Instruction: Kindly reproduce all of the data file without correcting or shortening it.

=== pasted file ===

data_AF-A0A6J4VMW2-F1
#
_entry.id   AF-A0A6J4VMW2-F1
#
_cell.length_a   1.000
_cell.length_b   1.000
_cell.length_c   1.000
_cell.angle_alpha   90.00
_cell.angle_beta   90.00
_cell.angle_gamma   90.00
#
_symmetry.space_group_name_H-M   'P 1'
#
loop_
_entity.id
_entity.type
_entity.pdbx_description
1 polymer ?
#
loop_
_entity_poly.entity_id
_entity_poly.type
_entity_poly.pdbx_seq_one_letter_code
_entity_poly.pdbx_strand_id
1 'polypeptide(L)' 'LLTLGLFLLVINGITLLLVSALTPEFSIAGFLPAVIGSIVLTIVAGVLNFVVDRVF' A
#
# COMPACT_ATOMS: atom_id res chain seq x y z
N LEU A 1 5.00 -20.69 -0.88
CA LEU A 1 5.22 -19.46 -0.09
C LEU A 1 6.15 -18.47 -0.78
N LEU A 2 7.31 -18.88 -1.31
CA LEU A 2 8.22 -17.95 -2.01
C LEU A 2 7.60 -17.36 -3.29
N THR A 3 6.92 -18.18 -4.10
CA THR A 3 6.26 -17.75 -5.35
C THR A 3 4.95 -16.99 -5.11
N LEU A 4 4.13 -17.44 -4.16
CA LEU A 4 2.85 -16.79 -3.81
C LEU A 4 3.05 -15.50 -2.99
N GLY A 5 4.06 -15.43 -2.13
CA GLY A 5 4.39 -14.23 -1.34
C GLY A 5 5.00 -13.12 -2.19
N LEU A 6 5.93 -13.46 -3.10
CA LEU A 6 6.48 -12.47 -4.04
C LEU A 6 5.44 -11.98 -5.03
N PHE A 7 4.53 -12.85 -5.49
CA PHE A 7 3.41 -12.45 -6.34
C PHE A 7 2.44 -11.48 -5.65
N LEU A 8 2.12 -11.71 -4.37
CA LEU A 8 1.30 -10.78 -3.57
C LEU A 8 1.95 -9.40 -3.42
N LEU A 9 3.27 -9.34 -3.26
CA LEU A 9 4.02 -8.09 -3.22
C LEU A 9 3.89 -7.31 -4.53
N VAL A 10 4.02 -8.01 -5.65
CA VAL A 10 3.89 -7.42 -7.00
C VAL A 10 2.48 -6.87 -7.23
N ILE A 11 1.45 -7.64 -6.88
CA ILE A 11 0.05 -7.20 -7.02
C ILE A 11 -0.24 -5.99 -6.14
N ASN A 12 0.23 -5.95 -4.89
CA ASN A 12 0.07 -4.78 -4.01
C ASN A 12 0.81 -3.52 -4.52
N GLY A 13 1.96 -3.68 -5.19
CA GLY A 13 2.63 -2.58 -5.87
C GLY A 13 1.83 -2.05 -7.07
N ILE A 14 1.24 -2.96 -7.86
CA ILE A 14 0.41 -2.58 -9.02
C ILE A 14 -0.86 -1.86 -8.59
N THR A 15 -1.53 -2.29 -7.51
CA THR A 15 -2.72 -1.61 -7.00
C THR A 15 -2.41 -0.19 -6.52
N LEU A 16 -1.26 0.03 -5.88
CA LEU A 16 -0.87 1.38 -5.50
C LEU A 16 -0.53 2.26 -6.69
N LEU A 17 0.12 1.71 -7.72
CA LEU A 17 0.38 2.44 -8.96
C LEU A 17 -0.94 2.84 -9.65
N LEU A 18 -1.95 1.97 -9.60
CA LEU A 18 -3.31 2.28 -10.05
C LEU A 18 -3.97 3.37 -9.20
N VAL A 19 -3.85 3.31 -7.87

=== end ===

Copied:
data_AF-A0A6J4VMW2-F1
#
_entry.id   AF-A0A6J4VMW2-F1
#
_cell.length_a   1.000
_cell.length_b   1.000
_cell.length_c   1.000
_cell.angle_alpha   90.00
_cell.angle_beta   90.00
_cell.angle_gamma   90.00
#
_symmetry.space_group_name_H-M   'P 1'
#
loop_
_entity.id
_entity.type
_entity.pdbx_description
1 polymer ?
#
loop_
_entity_poly.entity_id
_entity_poly.type
_entity_poly.pdbx_seq_one_letter_code
_entity_poly.pdbx_strand_id
1 'polypeptide(L)' 'LLTLGLFLLVINGITLLLVSALTPEFSIAGFLPAVIGSIVLTIVAGVLNFVVDRVF' A
#
# COMPACT_ATOMS: atom_id res chain seq x y z
N LEU A 1 5.00 -20.69 -0.88
CA LEU A 1 5.22 -19.46 -0.09
C LEU A 1 6.15 -18.47 -0.78
N LEU A 2 7.31 -18.88 -1.31
CA LEU A 2 8.22 -17.95 -2.01
C LEU A 2 7.60 -17.36 -3.29
N THR A 3 6.92 -18.18 -4.10
CA THR A 3 6.26 -17.75 -5.35
C THR A 3 4.95 -16.99 -5.11
N LEU A 4 4.13 -17.44 -4.16
CA LEU A 4 2.85 -16.79 -3.81
C LEU A 4 3.05 -15.50 -2.99
N GLY A 5 4.06 -15.43 -2.13
CA GLY A 5 4.39 -14.23 -1.34
C GLY A 5 5.00 -13.12 -2.19
N LEU A 6 5.93 -13.46 -3.10
CA LEU A 6 6.48 -12.47 -4.04
C LEU A 6 5.44 -11.98 -5.03
N PHE A 7 4.53 -12.85 -5.49
CA PHE A 7 3.41 -12.45 -6.34
C PHE A 7 2.44 -11.48 -5.65
N LEU A 8 2.12 -11.71 -4.37
CA LEU A 8 1.30 -10.78 -3.57
C LEU A 8 1.95 -9.40 -3.42
N LEU A 9 3.27 -9.34 -3.26
CA LEU A 9 4.02 -8.09 -3.22
C LEU A 9 3.89 -7.31 -4.53
N VAL A 10 4.02 -8.01 -5.65
CA VAL A 10 3.89 -7.42 -7.00
C VAL A 10 2.48 -6.87 -7.23
N ILE A 11 1.45 -7.64 -6.88
CA ILE A 11 0.05 -7.20 -7.02
C ILE A 11 -0.24 -5.99 -6.14
N ASN A 12 0.23 -5.95 -4.89
CA ASN A 12 0.07 -4.78 -4.01
C ASN A 12 0.81 -3.52 -4.52
N GLY A 13 1.96 -3.68 -5.19
CA GLY A 13 2.63 -2.58 -5.87
C GLY A 13 1.83 -2.05 -7.07
N ILE A 14 1.24 -2.96 -7.86
CA ILE A 14 0.41 -2.58 -9.02
C ILE A 14 -0.86 -1.86 -8.59
N THR A 15 -1.53 -2.29 -7.51
CA THR A 15 -2.72 -1.61 -7.00
C THR A 15 -2.41 -0.19 -6.52
N LEU A 16 -1.26 0.03 -5.88
CA LEU A 16 -0.87 1.38 -5.50
C LEU A 16 -0.53 2.26 -6.69
N LEU A 17 0.12 1.71 -7.72
CA LEU A 17 0.38 2.44 -8.96
C LEU A 17 -0.94 2.84 -9.65
N LEU A 18 -1.95 1.97 -9.60
CA LEU A 18 -3.31 2.28 -10.05
C LEU A 18 -3.97 3.37 -9.20
N VAL A 19 -3.85 3.31 -7.87